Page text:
|Some Saturday morning sketchers surround Joe, who organized the event, at St. Gregory Church|
Yes, we are still on summer break, but we were invited to an Open Sketch last week at St. Gregory the Great Church. A few of us took advantage of the invitation and we want to share our sketches. Above is a selfie of just a few of us, with Joe, the event organizer. We are especially grateful to Joe, both for the invitation and for serving as a docent and sharing his vast knowledge about the history of the church and the art within. This man knows his art! Thank you, Joe!
There was so much to see and sketch that we were just a bit overwhelmed. Most of us walked around to get an overview, but quickly settled in to sketch. Ken began with a panoramic ballpoint sketch of the entire church, from a position near the front altar.
Elaine also began with an overview that spans an entire spread in her sketchbook. But her pencil sketch is from the back, looking towards the front altar. Between them, they have the entire church captured.
From there, Ken zeroed in on the altar and the archangel Michael, one of a magnificent painted pair flanking the altar.
He finished up with an ornately carved wooden shrine.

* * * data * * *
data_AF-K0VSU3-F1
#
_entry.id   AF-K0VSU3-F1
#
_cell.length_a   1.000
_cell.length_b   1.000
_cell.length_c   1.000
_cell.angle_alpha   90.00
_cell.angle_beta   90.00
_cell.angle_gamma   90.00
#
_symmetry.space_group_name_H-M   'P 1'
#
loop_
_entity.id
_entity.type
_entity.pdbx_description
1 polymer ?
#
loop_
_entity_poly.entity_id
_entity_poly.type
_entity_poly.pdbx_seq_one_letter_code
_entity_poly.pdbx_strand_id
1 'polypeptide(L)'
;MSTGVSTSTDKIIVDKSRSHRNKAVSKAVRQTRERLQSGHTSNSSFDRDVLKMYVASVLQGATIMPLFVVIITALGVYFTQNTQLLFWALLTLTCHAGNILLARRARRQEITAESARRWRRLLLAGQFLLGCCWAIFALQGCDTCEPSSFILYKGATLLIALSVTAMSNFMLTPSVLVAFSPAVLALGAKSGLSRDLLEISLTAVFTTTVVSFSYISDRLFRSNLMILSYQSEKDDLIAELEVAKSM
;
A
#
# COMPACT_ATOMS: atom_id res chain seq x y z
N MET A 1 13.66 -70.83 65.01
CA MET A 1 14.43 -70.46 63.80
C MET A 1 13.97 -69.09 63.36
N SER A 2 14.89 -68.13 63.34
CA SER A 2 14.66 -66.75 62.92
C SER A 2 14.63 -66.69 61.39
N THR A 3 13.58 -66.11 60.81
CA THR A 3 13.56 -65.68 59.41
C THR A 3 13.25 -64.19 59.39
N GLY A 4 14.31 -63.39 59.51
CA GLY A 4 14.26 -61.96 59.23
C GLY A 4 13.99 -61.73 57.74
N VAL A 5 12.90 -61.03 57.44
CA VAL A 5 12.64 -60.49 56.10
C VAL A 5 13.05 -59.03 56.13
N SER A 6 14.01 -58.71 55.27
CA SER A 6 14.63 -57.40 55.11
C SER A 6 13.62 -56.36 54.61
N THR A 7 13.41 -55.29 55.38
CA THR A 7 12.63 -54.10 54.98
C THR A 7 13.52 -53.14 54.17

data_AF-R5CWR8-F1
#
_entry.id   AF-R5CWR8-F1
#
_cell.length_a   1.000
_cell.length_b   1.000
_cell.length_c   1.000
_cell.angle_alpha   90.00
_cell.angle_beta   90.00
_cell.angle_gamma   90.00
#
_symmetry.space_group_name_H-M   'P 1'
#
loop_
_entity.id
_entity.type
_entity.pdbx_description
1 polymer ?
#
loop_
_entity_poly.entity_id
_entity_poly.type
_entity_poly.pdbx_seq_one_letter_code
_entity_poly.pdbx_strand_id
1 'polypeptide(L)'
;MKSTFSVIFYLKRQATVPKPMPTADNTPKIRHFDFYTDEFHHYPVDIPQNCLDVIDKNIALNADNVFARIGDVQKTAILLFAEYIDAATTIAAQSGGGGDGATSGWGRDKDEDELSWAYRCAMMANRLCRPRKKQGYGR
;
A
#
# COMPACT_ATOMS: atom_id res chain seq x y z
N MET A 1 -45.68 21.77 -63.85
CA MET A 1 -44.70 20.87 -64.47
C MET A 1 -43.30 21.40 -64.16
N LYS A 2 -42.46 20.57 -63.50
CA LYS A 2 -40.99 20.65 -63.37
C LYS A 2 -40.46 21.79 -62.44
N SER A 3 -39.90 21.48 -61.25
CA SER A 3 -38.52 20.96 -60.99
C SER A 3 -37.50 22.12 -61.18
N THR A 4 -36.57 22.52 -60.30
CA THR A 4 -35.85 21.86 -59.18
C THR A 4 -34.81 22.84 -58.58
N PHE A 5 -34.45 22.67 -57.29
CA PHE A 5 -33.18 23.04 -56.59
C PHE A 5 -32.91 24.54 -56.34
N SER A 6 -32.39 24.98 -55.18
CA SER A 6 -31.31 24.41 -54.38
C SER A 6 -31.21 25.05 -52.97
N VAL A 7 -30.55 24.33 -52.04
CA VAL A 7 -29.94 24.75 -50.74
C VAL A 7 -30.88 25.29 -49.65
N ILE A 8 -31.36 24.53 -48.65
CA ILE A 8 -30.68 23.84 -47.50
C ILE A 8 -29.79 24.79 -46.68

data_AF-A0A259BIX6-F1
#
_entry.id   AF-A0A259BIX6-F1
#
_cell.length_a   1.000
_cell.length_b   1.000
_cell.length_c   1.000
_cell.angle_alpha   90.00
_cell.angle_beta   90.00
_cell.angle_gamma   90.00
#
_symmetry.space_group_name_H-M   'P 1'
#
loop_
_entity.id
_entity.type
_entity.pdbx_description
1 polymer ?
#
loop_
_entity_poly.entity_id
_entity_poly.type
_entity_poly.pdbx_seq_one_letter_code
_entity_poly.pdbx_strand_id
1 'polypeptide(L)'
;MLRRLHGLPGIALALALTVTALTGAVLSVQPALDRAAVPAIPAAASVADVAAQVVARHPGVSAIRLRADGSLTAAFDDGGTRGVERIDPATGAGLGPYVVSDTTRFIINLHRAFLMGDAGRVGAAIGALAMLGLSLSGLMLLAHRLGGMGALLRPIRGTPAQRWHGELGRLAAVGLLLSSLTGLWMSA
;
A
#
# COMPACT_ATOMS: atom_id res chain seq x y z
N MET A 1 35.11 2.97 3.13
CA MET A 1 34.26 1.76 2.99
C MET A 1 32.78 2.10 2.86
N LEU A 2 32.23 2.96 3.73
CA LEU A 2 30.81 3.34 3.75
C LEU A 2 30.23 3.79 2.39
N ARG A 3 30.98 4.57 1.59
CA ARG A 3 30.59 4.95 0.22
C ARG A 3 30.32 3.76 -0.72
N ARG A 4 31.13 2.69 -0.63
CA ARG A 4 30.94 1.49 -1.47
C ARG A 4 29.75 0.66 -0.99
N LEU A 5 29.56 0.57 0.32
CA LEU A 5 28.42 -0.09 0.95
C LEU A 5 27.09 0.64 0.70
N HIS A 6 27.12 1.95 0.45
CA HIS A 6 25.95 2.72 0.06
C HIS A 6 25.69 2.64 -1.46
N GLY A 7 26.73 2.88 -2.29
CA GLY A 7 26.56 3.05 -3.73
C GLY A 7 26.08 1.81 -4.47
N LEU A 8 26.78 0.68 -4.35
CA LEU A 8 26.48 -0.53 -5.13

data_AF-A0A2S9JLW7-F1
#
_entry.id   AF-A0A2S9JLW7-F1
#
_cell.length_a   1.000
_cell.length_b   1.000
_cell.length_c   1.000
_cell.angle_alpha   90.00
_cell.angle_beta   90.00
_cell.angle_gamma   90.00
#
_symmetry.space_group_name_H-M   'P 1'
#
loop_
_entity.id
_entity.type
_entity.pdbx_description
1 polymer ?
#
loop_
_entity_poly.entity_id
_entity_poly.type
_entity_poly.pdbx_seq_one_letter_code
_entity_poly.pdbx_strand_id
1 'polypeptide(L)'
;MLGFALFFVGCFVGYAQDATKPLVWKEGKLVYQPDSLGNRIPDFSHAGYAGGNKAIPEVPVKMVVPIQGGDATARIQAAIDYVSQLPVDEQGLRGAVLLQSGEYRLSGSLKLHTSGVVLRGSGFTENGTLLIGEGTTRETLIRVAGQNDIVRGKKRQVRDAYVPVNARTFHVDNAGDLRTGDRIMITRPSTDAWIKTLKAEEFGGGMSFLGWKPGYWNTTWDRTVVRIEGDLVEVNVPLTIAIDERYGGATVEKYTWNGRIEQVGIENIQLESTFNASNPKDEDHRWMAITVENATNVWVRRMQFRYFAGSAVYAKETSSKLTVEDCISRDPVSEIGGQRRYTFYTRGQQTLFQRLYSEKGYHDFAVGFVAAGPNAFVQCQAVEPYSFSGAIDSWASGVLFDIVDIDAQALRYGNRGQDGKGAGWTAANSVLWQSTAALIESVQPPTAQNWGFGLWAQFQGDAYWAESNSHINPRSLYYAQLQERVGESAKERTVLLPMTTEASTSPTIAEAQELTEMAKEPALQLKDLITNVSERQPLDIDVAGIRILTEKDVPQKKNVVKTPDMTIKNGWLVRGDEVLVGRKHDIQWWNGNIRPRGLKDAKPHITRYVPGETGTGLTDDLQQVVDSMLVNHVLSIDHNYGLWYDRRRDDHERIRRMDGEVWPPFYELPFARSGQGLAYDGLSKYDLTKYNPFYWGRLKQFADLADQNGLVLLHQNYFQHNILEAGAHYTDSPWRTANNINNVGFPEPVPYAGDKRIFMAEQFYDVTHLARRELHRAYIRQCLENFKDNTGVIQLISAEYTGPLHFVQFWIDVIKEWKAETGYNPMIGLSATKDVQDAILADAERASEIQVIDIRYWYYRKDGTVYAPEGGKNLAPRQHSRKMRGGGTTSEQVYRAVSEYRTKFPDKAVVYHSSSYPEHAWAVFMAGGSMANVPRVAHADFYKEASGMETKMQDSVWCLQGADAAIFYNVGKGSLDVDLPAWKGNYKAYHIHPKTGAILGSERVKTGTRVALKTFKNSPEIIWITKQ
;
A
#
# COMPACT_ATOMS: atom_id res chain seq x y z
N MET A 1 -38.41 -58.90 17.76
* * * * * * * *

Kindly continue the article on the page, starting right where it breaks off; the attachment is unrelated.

After her initial sketch, Elaine, too, focused on details. Here, she sketches three "pulpit people," among the smallest of the beautiful carvings on the wooden pulpit.
She finishes up with a quick brush pen sketch of a statue from Mary's altar.
Bill chose the same vantage point for all his sketches, experimenting with value as he used markers to explore the soaring stone arches. Notice how he directs the viewer and creates depth as he adds more value contrast.
Sara, too, was intrigued by the arches and the perspective view through them.
Then, like the rest of us, she moved to details. Below is one of a pair of candlesticks. The wooden candlesticks are carved and stand about 2-3 feet high, flanking the main altar. Sara has really captured the volume and beautifully stylized feathers.
Madeleine focused on details from the start, using a new tool, double-ended marker/brush pens, to examine carved wood panels....
... before sketching the hymn books in their wooden rack. We love the selective use of color!
Speaking of color, Susan chose to sketch outside in the meditation garden, which was in full bloom. Of course she had to do a watercolor sketch to capture the brilliant foliage and mosaics
Sadly, we didn't take pictures of Vivian's sketches, but we'll add them as soon as we can.
If you want to check the accuracy of our sketches or are simply intrigued by the beautiful art and architecture, you can drop by St. Gregory the Great Church at 5545 N. Paulina. The church entrance is on the corner of Gregory and Paulina (one block west of Ashland and one block south of Bryn Mawr).
We'll be back next week with more watercolors. See you then—and again, thanks to Joe and St. Gregory's!